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Short-seller Spruce Point believes Canadian Tire's shares have significant price downside.


U.S. short-selling firm Spruce Point Capital Management has set its sights on Canadian Tire Corp. Ltd., announcing it has made a bet that the retailer’s shares are poised to fall.

Spruce Point, based in New York and run by a Yale-trained mathematician named Ben Axler, has launched several prior short-selling campaigns targeting Canadian companies. It issued a 108-page “strong sell” report on Canadian Tire early Thursday before markets opened.

Spruce Point stands to profit if investors accept its thesis that Canadian Tire faces a potentially large share-price decline. Short-selling shares is a bet that shares will drop, with an investor borrowing shares, selling them, and repaying the loan by returning new shares, preferably bought at a lower price.

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Mr. Axler declined to say how large the firm’s short position is.

In 2018, Spruce Capital issued reports on Maxar Technologies Inc., which fell by more than 90 per cent in the months following the August report, and Dollarama Inc., which dropped by a few dollars per share before strongly recovering this year. The average return on the Canadian stocks subject to four Spruce Point short reports since 2015 – also including Intertain Group Ltd. and medical device maker TSO3 Inc. – is a drop of 57 per cent, the firm says.

Spruce Point believes the shares have a downside of as much as 50 per cent, suggesting Canadian Tire faces rising competitive challenges and has a poor e-commerce strategy. Its loans to customers and to the owners of its stores add risk, its report argues. It also believes the company’s profit margins are declining, Canadian Tire’s accounting choices are making profits seem better than they truly are, and the company is spending money on stock buybacks and dividends that it should be using to pay down debt.

Canadian Tire shares were down nearly 3 per cent in trading Thursday .

“We do not agree with the conclusions in this report, as it contains numerous inaccuracies, which we believe are solely intended to benefit its author,” company spokeswoman Joscelyn Dosanjh said. “It would be extremely unfortunate if investors took action based on the report.”

Canadian Tire, Spruce Point wrote in its report, “is a challenged brick-and-mortar retailer perceived as a dependable mid-single-digit [revenue] grower on an increasingly precarious foundation of unsustainable debt.” Recent cost-reduction measures and return-of-capital policies to investors are ill-fated, too little and too late.”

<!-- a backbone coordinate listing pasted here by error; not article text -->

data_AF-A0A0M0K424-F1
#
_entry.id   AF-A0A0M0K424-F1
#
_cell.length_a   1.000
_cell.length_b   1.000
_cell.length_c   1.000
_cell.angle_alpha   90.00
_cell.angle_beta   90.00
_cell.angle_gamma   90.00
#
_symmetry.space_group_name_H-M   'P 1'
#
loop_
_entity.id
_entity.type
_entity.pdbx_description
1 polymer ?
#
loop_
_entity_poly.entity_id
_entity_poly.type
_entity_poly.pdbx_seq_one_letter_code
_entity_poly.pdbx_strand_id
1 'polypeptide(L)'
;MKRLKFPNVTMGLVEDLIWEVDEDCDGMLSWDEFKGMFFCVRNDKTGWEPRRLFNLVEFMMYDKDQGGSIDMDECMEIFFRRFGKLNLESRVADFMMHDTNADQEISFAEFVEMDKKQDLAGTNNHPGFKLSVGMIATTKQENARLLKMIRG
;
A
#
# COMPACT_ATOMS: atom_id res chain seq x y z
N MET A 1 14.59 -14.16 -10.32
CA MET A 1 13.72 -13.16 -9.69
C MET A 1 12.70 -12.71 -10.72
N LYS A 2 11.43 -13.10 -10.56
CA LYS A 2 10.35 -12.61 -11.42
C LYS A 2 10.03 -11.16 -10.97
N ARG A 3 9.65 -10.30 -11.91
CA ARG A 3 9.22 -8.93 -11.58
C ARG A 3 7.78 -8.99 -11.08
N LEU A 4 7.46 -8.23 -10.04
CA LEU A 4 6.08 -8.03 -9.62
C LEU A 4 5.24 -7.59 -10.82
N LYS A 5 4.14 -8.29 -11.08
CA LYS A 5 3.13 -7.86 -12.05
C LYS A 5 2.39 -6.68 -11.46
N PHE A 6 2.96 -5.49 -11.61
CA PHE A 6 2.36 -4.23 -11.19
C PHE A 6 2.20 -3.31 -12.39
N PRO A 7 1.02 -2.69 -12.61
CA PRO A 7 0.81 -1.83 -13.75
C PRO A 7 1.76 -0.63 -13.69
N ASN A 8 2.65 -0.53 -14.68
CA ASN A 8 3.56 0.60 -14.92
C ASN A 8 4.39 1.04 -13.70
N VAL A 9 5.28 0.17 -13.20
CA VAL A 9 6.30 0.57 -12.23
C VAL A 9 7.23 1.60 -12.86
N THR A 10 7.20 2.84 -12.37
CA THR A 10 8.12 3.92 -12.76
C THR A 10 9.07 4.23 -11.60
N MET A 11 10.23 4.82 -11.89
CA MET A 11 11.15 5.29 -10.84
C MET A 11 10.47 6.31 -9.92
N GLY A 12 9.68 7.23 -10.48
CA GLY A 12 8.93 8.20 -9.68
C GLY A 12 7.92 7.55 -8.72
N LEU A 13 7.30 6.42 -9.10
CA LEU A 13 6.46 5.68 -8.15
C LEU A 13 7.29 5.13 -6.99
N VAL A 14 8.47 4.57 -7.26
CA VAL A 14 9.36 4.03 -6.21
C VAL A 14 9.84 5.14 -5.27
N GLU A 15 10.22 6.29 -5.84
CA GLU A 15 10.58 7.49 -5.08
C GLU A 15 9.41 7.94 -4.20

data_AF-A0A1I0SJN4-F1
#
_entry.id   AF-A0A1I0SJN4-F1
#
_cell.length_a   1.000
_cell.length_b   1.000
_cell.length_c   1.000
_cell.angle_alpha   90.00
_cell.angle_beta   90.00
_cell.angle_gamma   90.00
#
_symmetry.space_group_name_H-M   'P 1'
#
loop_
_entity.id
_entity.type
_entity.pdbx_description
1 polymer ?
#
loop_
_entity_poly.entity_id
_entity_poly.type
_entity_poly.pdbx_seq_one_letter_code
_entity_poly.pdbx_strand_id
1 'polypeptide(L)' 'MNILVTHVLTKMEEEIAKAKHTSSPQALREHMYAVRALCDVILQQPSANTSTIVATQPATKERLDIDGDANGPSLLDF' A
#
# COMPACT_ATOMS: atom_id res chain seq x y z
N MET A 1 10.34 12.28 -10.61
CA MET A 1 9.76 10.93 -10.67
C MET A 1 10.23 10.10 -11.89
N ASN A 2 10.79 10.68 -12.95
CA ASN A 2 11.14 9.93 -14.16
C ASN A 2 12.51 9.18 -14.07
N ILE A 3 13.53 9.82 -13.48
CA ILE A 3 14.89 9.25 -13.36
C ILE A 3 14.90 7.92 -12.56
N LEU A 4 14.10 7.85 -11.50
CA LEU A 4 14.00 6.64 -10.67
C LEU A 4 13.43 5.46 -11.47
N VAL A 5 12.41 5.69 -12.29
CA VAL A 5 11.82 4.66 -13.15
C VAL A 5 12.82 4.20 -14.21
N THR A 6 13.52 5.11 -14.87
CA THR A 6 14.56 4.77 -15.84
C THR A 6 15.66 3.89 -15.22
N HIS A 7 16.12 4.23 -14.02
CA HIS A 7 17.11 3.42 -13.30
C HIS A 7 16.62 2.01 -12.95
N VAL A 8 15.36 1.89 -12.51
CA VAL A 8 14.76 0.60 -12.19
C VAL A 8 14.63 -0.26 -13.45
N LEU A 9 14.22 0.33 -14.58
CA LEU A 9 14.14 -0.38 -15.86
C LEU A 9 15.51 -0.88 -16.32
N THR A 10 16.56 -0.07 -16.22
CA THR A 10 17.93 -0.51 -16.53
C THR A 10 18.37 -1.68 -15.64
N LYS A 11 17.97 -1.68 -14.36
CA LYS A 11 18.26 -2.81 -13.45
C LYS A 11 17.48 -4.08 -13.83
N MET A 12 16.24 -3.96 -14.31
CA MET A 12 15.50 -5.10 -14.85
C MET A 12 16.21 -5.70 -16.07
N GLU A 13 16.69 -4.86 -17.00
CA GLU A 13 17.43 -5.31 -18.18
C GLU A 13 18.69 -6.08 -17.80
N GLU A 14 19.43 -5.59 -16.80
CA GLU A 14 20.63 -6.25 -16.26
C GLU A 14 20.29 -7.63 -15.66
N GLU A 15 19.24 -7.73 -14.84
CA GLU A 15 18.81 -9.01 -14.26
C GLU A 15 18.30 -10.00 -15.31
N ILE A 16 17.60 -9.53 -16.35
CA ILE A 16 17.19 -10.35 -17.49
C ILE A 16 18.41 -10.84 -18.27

Spruce Point’s view is sharply at odds with the company’s outlook. Canadian Tire said it is ahead of its own expectations for sales growth this year and is investing in its business while also being able to buy-back stock and increase its dividend by 9.6 per cent, the 11th boost in 10 years.

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“With our loyalty program and our data management and analytics stronger than ever and with great products on offer supported by our digital and in-store experience, I believe we are in a powerful position to grow and compete,” CEO Stephen Wetmore said in an investor call Nov. 7.

In the case of Canadian Tire, Spruce Point is running against the tide. The company’s shares hit a 52-week high of $157.36 on Nov. 15, and four analysts raised their price targets on Canadian Tire shares after the company’s November earnings announcement. The shares closed at $151.11 on Wednesday.

Yet other critics have also raised some questions about Canadian Tire’s accounting practices and financial risks. Toronto’s Veritas Investment Research made some of the same points about Canadian Tire’s accounting in a report published earlier this year, while U.S. short-seller Steve Eisman said in August he was short Canadian Tire, saying he saw its financial-services subsidiary, Canadian Tire Bank, as even riskier than Canada’s major financial institutions, several of which he was also shorting.

Spruce Point believes Canadian Tire’s prices are higher than at brick-and-mortar competitors such as Walmart and Costco and home-improvement chains Home Depot and Lowe’s. At the same time, those retailers, along with online-only retailers such as Amazon and Wayfair, all offer cheaper shipping options for online purchases than Canadian Tire does.

But in the November investor call, Canadian Tire executive vice-president of retail Allan MacDonald said “we’re not going to relent any [market] share. We are not going to give up share in categories that are important to us.”

Spruce Point cites a report from debt-ratings agency Moody’s that says Canadian Tire’s credit-card customers “are higher risk than peers” because they use the cards as a source of financing, rather than payment – in other words, they carry balances rather than pay them off every month.

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In the November conference call, however, Mr. Wetmore said the company’s financial-services division continues to have “great performance” and there are “no signs from our data on a weakening economy or credit-card portfolio.”

Spruce Point puts it all together and produces a “high side” estimate that values the shares at $99.70, a 34 per cent discount to Wednesday’s closing price, and its “low price” valuation of $77.42 is a discount of nearly 49 per cent. “Canadian Tire’s declining margins and weak competitive positioning to U.S. retailers and online competitors deserves a valuation multiple at a significant discount to its peers.”

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